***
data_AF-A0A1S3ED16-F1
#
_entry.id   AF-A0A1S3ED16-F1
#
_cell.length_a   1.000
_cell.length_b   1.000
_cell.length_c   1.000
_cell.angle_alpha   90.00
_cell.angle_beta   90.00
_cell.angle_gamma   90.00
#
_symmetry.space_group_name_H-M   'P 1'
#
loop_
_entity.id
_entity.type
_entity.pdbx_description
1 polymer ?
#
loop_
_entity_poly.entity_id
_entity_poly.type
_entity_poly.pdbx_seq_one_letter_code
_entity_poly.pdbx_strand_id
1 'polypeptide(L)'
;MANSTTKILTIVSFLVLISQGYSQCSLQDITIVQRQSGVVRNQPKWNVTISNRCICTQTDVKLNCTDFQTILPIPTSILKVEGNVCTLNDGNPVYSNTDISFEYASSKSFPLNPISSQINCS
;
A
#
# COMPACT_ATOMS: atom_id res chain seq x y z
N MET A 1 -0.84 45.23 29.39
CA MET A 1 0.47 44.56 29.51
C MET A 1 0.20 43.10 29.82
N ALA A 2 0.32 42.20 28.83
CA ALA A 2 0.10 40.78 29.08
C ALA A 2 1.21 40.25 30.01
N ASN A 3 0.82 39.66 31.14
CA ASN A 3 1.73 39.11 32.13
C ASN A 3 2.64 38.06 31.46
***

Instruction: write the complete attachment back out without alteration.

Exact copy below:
data_AF-A0A1S3ED16-F1
#
_entry.id   AF-A0A1S3ED16-F1
#
_cell.length_a   1.000
_cell.length_b   1.000
_cell.length_c   1.000
_cell.angle_alpha   90.00
_cell.angle_beta   90.00
_cell.angle_gamma   90.00
#
_symmetry.space_group_name_H-M   'P 1'
#
loop_
_entity.id
_entity.type
_entity.pdbx_description
1 polymer ?
#
loop_
_entity_poly.entity_id
_entity_poly.type
_entity_poly.pdbx_seq_one_letter_code
_entity_poly.pdbx_strand_id
1 'polypeptide(L)'
;MANSTTKILTIVSFLVLISQGYSQCSLQDITIVQRQSGVVRNQPKWNVTISNRCICTQTDVKLNCTDFQTILPIPTSILKVEGNVCTLNDGNPVYSNTDISFEYASSKSFPLNPISSQINCS
;
A
#
# COMPACT_ATOMS: atom_id res chain seq x y z
N MET A 1 -0.84 45.23 29.39
CA MET A 1 0.47 44.56 29.51
C MET A 1 0.20 43.10 29.82
N ALA A 2 0.32 42.20 28.83
CA ALA A 2 0.10 40.78 29.08
C ALA A 2 1.21 40.25 30.01
N ASN A 3 0.82 39.66 31.14
CA ASN A 3 1.73 39.11 32.13
C ASN A 3 2.64 38.06 31.46